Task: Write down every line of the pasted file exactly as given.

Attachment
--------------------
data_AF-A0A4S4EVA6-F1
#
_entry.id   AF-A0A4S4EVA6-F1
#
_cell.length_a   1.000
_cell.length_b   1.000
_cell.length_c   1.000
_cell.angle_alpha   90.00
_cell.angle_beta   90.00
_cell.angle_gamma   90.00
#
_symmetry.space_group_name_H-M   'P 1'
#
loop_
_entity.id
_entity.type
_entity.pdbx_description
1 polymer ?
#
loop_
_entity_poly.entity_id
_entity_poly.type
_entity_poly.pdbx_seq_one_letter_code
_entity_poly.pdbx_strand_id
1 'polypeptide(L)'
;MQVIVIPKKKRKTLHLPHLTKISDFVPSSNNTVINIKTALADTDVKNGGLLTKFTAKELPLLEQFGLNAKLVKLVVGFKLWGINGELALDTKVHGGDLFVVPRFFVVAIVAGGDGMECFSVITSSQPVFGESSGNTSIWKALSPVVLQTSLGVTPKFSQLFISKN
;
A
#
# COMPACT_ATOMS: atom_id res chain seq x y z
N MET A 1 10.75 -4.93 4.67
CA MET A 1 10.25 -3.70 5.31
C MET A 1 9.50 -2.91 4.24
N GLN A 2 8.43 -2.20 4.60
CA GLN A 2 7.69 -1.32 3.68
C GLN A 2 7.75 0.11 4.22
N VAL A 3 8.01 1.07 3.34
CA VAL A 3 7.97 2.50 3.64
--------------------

data_AF-A0A4S4EVA6-F1
#
_entry.id   AF-A0A4S4EVA6-F1
#
_cell.length_a   1.000
_cell.length_b   1.000
_cell.length_c   1.000
_cell.angle_alpha   90.00
_cell.angle_beta   90.00
_cell.angle_gamma   90.00
#
_symmetry.space_group_name_H-M   'P 1'
#
loop_
_entity.id
_entity.type
_entity.pdbx_description
1 polymer ?
#
loop_
_entity_poly.entity_id
_entity_poly.type
_entity_poly.pdbx_seq_one_letter_code
_entity_poly.pdbx_strand_id
1 'polypeptide(L)'
;MQVIVIPKKKRKTLHLPHLTKISDFVPSSNNTVINIKTALADTDVKNGGLLTKFTAKELPLLEQFGLNAKLVKLVVGFKLWGINGELALDTKVHGGDLFVVPRFFVVAIVAGGDGMECFSVITSSQPVFGESSGNTSIWKALSPVVLQTSLGVTPKFSQLFISKN
;
A
#
# COMPACT_ATOMS: atom_id res chain seq x y z
N MET A 1 10.75 -4.93 4.67
CA MET A 1 10.25 -3.70 5.31
C MET A 1 9.50 -2.91 4.24
N GLN A 2 8.43 -2.20 4.60
CA GLN A 2 7.69 -1.32 3.68
C GLN A 2 7.75 0.11 4.22
N VAL A 3 8.01 1.07 3.34
CA VAL A 3 7.97 2.50 3.64